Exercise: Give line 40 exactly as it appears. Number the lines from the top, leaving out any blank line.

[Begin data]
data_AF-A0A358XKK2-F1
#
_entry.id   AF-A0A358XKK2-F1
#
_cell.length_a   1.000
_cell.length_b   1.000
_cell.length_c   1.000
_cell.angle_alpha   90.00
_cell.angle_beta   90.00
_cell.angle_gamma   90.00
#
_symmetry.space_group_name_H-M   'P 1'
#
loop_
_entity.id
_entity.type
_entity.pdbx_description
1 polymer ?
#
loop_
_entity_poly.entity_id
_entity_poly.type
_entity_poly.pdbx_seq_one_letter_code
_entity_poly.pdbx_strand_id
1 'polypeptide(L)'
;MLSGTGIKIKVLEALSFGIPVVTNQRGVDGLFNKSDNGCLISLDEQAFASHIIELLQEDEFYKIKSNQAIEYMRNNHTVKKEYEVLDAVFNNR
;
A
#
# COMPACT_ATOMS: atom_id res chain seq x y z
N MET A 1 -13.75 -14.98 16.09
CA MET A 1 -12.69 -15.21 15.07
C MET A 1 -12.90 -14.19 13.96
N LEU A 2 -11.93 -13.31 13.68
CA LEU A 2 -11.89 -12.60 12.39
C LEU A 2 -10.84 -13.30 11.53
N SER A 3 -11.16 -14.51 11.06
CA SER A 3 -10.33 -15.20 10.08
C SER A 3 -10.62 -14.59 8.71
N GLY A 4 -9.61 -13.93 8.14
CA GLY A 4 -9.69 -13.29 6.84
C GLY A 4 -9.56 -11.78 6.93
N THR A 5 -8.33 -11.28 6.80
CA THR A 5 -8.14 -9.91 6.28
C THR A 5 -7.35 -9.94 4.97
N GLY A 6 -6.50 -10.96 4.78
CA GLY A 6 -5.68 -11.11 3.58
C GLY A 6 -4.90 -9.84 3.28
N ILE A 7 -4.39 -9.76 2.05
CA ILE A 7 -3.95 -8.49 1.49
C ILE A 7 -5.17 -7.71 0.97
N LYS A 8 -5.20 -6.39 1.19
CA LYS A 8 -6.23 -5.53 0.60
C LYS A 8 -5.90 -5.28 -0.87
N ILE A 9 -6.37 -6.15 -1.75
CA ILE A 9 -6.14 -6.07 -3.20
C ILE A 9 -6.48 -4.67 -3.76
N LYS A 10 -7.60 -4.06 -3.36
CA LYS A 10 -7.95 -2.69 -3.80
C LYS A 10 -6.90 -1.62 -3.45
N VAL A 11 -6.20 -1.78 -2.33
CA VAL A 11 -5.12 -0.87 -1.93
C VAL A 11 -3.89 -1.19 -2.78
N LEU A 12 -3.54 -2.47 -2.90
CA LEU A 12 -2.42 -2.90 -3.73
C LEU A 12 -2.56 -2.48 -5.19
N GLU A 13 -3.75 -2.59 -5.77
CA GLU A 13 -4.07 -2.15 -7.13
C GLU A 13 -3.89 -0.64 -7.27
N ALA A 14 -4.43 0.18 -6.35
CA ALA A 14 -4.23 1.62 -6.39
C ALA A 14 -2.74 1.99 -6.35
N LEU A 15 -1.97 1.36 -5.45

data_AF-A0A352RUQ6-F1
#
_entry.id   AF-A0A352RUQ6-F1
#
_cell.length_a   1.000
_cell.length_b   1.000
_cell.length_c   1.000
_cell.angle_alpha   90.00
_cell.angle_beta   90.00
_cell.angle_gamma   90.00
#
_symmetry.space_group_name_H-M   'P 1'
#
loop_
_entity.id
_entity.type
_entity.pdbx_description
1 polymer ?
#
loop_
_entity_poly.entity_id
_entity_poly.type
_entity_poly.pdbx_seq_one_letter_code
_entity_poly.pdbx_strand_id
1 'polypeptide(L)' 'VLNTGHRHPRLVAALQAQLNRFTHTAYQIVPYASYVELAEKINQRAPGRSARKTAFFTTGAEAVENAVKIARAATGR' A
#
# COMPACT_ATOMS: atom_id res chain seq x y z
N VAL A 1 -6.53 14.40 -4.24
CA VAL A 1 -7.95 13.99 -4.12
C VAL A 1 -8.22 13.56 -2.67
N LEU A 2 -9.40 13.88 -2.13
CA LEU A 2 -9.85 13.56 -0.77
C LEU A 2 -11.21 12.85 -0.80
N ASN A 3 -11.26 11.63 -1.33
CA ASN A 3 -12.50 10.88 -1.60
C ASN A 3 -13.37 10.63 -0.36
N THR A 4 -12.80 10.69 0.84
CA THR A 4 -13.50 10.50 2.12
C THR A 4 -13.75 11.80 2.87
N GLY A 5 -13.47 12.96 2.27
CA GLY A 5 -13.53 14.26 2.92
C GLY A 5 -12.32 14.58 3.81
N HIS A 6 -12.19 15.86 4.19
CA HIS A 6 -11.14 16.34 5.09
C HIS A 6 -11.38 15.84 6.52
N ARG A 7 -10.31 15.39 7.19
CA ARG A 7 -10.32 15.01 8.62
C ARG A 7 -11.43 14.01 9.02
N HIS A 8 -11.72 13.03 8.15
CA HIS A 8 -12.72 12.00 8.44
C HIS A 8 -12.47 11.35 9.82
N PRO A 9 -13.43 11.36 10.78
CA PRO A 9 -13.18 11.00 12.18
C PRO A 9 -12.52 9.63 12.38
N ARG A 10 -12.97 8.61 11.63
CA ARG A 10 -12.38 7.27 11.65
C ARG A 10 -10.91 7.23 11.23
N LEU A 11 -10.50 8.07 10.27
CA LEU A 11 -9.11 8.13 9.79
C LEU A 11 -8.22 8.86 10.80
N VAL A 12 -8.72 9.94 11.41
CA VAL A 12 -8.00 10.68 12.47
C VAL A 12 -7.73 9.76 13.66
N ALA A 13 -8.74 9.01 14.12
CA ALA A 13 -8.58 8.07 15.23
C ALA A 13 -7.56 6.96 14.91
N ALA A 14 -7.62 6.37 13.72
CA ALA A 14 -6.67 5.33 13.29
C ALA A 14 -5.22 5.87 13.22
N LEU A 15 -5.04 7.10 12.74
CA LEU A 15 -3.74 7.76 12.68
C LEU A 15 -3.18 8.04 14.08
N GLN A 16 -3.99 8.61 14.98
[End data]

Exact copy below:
N GLY A 4 -9.61 -13.93 8.14